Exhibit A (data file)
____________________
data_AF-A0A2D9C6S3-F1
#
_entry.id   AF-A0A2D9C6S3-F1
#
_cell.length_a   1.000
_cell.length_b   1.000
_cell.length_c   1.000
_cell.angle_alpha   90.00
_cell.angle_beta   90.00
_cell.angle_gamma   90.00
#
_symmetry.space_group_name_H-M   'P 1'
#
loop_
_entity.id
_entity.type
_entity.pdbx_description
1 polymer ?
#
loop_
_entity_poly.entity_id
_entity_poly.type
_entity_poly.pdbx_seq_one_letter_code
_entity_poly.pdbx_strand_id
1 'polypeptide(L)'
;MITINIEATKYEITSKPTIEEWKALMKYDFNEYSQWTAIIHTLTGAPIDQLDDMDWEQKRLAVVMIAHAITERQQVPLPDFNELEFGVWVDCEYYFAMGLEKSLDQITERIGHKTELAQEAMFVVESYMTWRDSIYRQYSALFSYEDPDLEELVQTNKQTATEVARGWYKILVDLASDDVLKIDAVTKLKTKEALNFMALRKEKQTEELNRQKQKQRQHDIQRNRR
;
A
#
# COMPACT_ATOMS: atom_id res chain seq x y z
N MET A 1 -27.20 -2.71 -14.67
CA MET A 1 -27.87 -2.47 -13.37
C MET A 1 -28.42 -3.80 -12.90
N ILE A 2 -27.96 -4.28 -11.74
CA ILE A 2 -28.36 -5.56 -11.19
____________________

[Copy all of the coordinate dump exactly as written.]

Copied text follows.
data_AF-A0A2D9C6S3-F1
#
_entry.id   AF-A0A2D9C6S3-F1
#
_cell.length_a   1.000
_cell.length_b   1.000
_cell.length_c   1.000
_cell.angle_alpha   90.00
_cell.angle_beta   90.00
_cell.angle_gamma   90.00
#
_symmetry.space_group_name_H-M   'P 1'
#
loop_
_entity.id
_entity.type
_entity.pdbx_description
1 polymer ?
#
loop_
_entity_poly.entity_id
_entity_poly.type
_entity_poly.pdbx_seq_one_letter_code
_entity_poly.pdbx_strand_id
1 'polypeptide(L)'
;MITINIEATKYEITSKPTIEEWKALMKYDFNEYSQWTAIIHTLTGAPIDQLDDMDWEQKRLAVVMIAHAITERQQVPLPDFNELEFGVWVDCEYYFAMGLEKSLDQITERIGHKTELAQEAMFVVESYMTWRDSIYRQYSALFSYEDPDLEELVQTNKQTATEVARGWYKILVDLASDDVLKIDAVTKLKTKEALNFMALRKEKQTEELNRQKQKQRQHDIQRNRR
;
A
#
# COMPACT_ATOMS: atom_id res chain seq x y z
N MET A 1 -27.20 -2.71 -14.67
CA MET A 1 -27.87 -2.47 -13.37
C MET A 1 -28.42 -3.80 -12.90
N ILE A 2 -27.96 -4.28 -11.74
CA ILE A 2 -28.36 -5.56 -11.19